Have you heard it before? Probably. Offers on interest-free installments have been around for a long time and it is becoming increasingly common for retail chains, in collaboration with various lenders, to attract these types of offers. The only problem is that the part payment often risks becoming much more expensive than you had imagined.
The reason for this is that most offers of this type are conditional on several other types of extra costs, such as a set-up fee, administrative fee and a running fee.
The effective interest rate
That is, the total loan cost calculated in one year, can thus be much higher than you expected. This is explained by Maria Wiezell, who is a consumer advisor at the organization Swedish Consumers.
One should pay close attention to what fees are added, because it is not at all uncommon for stores to offer zero interest rates, but so are costs anyway, she says.
Let’s take an example. You should buy a new computer that costs USD 10,000 and choose to post a partial payment for 12 months. The interest rate, as promised in the offer, is zero percent. On the other hand, a setup fee of USD 295 is added and a monthly administration fee of USD 29. In a year, this means a total cost of USD 643, which gives an effective interest rate of 11.53 percent. Should you also be late with a part payment or not have enough money in the account when the money is to be deducted from the direct debit, then the risk is that the final note is rushing away, explains Maria Wiezell.
One of the most common problems
Is precisely that something goes wrong with the payment or that you do not have enough money in the account on the day the money is to be withdrawn. It may be enough that there is no USD 10, so it can steal the whole idea with interest-free. Suddenly you get completely different costs.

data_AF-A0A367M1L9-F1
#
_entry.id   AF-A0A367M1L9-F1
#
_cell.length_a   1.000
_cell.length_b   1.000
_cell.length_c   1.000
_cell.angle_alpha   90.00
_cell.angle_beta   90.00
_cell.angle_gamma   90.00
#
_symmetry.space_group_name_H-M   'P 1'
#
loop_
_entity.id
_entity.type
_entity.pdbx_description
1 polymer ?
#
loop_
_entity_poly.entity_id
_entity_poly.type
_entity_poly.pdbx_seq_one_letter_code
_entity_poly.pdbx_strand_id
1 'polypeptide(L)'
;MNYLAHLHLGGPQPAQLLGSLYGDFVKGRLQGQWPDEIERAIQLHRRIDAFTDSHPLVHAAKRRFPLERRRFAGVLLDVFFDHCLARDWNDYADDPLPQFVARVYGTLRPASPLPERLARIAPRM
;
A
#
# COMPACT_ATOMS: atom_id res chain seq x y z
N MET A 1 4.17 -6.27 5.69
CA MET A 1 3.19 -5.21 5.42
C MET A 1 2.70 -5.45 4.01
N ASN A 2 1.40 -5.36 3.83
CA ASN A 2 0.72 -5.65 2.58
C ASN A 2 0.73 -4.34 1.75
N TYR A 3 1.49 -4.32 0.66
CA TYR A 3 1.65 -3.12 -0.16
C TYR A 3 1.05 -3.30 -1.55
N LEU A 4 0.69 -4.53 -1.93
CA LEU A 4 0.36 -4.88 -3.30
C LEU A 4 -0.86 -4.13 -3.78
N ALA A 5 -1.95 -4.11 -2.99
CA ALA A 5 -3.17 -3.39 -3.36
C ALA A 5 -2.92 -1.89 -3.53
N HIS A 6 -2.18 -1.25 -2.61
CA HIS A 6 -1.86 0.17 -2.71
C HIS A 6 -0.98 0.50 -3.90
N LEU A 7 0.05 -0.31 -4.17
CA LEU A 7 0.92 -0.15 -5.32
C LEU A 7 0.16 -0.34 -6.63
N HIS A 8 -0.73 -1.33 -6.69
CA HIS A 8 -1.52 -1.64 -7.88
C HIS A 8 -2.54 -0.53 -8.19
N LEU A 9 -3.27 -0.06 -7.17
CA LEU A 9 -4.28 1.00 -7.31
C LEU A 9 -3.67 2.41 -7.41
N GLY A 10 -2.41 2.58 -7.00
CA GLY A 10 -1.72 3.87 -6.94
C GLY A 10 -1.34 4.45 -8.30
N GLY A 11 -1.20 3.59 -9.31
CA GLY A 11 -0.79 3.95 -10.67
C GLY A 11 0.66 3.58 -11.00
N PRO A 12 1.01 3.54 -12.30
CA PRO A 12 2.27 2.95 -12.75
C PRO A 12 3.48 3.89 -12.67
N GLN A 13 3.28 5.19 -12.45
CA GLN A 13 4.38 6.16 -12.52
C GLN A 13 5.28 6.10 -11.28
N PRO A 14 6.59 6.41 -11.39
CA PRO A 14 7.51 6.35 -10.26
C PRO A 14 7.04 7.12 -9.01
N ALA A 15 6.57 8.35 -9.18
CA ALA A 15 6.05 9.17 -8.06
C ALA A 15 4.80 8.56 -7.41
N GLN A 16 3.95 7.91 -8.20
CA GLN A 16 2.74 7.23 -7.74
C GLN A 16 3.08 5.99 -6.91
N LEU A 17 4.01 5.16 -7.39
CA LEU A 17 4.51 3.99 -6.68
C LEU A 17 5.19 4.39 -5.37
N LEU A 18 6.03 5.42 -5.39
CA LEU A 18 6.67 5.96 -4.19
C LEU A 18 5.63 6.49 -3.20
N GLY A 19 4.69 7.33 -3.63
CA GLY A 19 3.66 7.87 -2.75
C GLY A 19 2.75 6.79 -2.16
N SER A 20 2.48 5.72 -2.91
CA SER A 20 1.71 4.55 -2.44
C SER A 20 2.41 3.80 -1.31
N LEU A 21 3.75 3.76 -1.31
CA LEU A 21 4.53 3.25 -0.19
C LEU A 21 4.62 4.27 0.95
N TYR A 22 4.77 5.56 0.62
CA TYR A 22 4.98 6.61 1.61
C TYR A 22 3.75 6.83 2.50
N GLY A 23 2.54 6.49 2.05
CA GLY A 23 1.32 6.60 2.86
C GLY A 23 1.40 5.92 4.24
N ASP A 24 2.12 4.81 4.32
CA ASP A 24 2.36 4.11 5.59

Another common problem that may arise is that you are misled in how much money you will actually pay back each month. Let’s say that according to the payment plan, you have to repay USD 900 a month, so suddenly you are offered several different options on avin that you get home in the mailbox: USD 900, USD 500 or just USD 200?
This is a common pitfall, because you may not even remember how much you will actually pay back, and you will be offered several possible alternatives. You may think that the payment options are of the lender’s goodwill, but it is not. As soon as you leave the payment plan, the interest rate can be sky high, perhaps up to 29 percent interest per month, says Maria Wiezell.
She recommends anyone thinking of splitting their payment to really read through the agreement carefully, especially the fine print.
– Most people unfortunately do not read the terms so carefully, but it is important. Because in most cases, you have to adhere exactly to the payment plan so as not to risk sky-high interest rates and a final note that you would not have imagined at all.
4 common pitfalls – and how to avoid them
You have your payment on direct debit but have no money in the account on the day the amount is to be deducted. Even if only 5 USD is missing, it can lead to a high interest rate with great risk.
2. You are late in paying an invoice. Even though you are only two days late, the interest rate can run away.
3. You get misled by the lender who offers several different payment options on avin and you happen to pay back too little. This can cost you dearly.
4. You forget to read the fine print stating that the effective interest rate is soaring. The final cost of your purchase will be more expensive than you initially thought. Read more here about things to consider when borrowing money.